The benefits of sprinklers in poultry barns
By Tom TablerFeatures Barn Management
Cooling technology offers many paybacks for producers and their flocks
Using sprinkler technology to cool broiler chickens is a concept many in the poultry industry find difficult to accept. However, sprinkling chickens offers multiple benefits, including a dramatic reduction in cooling water use along with lower house humidity levels. In addition, there is an increasing pool of evidence that performance among birds raised with a sprinkler system is comparable to birds raised with cool cell systems.
Many people believe that high temperatures kill chickens, but that is only part of the story. Chickens can withstand fairly high temperatures if the humidity is low (let’s say less than or equal to 70 per cent). It’s that combination of high temperature and high humidity that is deadly to chickens.
High in-house humidity levels are particularly dangerous because chickens can’t sweat. They must breathe out excess heat and moisture to cool themselves (panting). If the air they breathe in is 50 per cent humidity, they can expel a lot of excess heat. However, if the air they breathe in is 90 per cent humidity, they work hard panting but can’t gain much ground because the air they are breathing in is almost completely saturated.
If they are unable to remove heat and moisture fast enough, their body temperature will rise and they eventually “drown” from the excess moisture and heat load. It is not uncommon for the humidity level in a house with cool cells to be 90 per cent, whereas a sprinkler house may have a humidity level lower than 70 per cent.
Concept behind sprinkling
Few in the poultry industry understand the sprinkler concept. It’s a totally different thought process than cool cells and you must accept that to be successful. Sprinklers cool individual chickens. Cool cells cool the environment the chickens live in. With sprinkling, tunnel fans pull air across the birds, allowing the wind-chill effect to fool chickens into thinking the house is cooler than it really is.
It’s the same principal as if you jump in the creek on a 37°C summer day when there’s a breeze blowing. When you get out, the breeze evaporates the water off your skin and it feels pretty good until the water evaporates and it’s time to jump in the creek again. It’s still 37°C, but you don’t think it’s 37°C.
In addition, when the birds are sprinkled, they stand up and move around. Once up, often the birds seem to be of the opinion “Well, I’m up, I just as well go get something to eat and drink.” Many of them will move to the feeders and drinkers after being sprinkled. This standing up also releases trapped heat between birds, which can then be removed by the fans.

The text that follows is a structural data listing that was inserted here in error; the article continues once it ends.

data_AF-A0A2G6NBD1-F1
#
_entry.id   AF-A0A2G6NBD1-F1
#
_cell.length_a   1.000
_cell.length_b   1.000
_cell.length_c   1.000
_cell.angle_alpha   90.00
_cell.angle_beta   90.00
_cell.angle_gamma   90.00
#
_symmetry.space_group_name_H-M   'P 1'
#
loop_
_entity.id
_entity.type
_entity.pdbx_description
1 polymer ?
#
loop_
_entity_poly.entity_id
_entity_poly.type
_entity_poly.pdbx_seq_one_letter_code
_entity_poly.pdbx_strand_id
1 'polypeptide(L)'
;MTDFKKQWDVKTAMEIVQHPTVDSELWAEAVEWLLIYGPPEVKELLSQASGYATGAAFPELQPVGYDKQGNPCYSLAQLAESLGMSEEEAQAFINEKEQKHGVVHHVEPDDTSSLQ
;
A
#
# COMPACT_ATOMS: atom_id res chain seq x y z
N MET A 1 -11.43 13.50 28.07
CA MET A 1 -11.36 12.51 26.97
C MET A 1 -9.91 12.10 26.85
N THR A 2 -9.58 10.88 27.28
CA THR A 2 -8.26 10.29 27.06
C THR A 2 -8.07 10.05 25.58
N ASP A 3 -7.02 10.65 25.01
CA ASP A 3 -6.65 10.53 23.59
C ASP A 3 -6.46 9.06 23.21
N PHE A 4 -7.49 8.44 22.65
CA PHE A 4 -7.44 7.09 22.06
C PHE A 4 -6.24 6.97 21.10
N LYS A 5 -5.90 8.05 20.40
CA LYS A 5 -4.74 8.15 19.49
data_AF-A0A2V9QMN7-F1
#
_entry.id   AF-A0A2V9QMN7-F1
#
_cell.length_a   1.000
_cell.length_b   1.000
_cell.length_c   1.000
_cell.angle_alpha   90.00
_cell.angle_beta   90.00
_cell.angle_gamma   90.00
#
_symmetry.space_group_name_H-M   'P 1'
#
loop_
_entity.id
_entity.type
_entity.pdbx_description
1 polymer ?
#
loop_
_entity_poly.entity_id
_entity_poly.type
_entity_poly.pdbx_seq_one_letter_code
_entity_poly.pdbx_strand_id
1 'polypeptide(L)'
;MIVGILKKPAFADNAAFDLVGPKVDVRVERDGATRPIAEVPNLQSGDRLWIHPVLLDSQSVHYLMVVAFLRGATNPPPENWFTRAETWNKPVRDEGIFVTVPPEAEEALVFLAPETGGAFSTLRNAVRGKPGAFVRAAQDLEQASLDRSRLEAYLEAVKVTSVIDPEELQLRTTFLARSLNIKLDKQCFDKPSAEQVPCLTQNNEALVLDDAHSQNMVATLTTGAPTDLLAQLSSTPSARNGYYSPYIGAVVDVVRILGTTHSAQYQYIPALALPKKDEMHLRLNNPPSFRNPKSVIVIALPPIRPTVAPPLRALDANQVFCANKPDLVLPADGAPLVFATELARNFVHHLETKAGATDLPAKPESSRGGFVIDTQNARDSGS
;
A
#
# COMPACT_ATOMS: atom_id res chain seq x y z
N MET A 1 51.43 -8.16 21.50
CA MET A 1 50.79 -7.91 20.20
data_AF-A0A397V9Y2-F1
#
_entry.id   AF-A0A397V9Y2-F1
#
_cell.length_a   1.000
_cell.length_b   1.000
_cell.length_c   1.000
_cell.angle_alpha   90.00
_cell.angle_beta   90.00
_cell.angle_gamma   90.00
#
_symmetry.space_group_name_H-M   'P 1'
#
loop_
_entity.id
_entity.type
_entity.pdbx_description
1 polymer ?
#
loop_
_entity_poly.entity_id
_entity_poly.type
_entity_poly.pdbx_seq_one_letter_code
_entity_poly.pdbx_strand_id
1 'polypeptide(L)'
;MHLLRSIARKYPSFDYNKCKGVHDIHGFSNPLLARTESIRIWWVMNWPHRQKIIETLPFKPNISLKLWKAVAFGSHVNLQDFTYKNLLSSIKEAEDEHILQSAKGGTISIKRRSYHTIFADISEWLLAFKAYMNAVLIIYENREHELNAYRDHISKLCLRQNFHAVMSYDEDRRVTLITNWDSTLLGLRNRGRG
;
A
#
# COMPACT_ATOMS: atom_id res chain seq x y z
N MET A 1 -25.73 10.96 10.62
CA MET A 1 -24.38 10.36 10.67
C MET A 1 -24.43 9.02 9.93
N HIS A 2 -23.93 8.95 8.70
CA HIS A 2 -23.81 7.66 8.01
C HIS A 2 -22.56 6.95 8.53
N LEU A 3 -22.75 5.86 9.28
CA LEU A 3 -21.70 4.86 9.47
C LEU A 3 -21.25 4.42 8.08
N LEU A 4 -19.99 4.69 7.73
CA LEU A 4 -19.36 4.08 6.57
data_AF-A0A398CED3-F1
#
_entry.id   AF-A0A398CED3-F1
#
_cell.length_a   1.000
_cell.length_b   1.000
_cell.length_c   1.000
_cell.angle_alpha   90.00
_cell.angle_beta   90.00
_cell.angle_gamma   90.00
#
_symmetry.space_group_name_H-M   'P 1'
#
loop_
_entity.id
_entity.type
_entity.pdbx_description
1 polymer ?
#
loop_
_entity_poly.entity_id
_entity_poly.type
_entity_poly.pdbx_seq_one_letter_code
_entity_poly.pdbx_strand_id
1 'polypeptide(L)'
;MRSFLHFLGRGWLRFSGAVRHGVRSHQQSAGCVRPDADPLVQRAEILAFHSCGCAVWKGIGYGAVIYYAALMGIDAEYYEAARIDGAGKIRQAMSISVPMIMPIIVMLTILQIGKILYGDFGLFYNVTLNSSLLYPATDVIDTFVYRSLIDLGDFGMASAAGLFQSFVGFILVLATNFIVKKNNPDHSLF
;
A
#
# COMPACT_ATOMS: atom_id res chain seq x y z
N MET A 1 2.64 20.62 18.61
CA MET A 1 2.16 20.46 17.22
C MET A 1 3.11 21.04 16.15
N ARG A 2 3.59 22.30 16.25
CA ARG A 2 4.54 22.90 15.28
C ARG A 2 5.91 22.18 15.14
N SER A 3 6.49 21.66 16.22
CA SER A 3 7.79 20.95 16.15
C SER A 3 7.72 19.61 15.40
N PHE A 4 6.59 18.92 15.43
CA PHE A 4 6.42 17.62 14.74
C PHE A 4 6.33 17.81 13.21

House must run hotter
For the sprinkler system to be most effective and achieve a lower house humidity, the chicken house must run hotter than you are used to with a cool cell system. This scares many people and it used to scare me as well. However, I’ve been involved with sprinklers in one form or another for over 20 years and I have found the technology works well when managed correctly and that bird performance is as good or better as with cool cells.
In summer, the temperature in a poultry house with cool cells usually runs around 29°C. In most cases, panic sets in if the house temperature goes above 29°C, but humidity may be near 90 per cent or higher. While a house with a sprinkler system must run hotter, humidity is lower because as temperature rises, humidity decreases and chickens maintain performance.
When using sprinklers, I want the air temperature around 32°C. That forces humidity low enough to allow the wind-chill effect to evaporate sprinkled water off birds before the next sprinkle cycle comes along. Birds need to dry off between cycles. Don’t let them get wet and stay wet because you’ll end up with wet floors. A house temperature less than 31°C is too cool if you are running sprinklers.
Timing the sprinkler cycle
How often chickens get sprinkled depends on age and the temperature outside. I usually don’t start sprinkling until birds are at least 4.5 weeks old because I want the house filled so that most of the sprinkled water goes on chickens, not the floor. Whenever the sprinkler runs, it’s for 20 seconds and I never change that.
I do change the interval between runs as chickens get bigger. When they are about 4.5 weeks old, I sprinkle once every 30 minutes. As they get bigger, I decrease that interval so that by six weeks of age, birds are sprinkled every 20 minutes. By seven weeks, it’s every 10 minutes. And by nine weeks, maybe every five minutes depending on outside conditions.
It’s important to watch birds and sprinkle again at about the time they get dry from the previous run. As they get bigger and the outside temperature gets hotter, the time for them to dry off between runs becomes less. You must watch what happens and adjust accordingly.
I have used a commercially available system at both the University of Arkansas and Mississippi State University with good success. In an era where water conservation is attracting global attention and locally where poultry growers may be paying high water bills or have weak wells or poor-quality water, sprinklers are a viable cooling alternative that are proven to maintain flock performance.
Tom Tabler, Ph.D., is an extension professor with the Mississippi State University Extension Service, Poultry Science Department. Find references for this article in the online version at canadianpoultrymag.com
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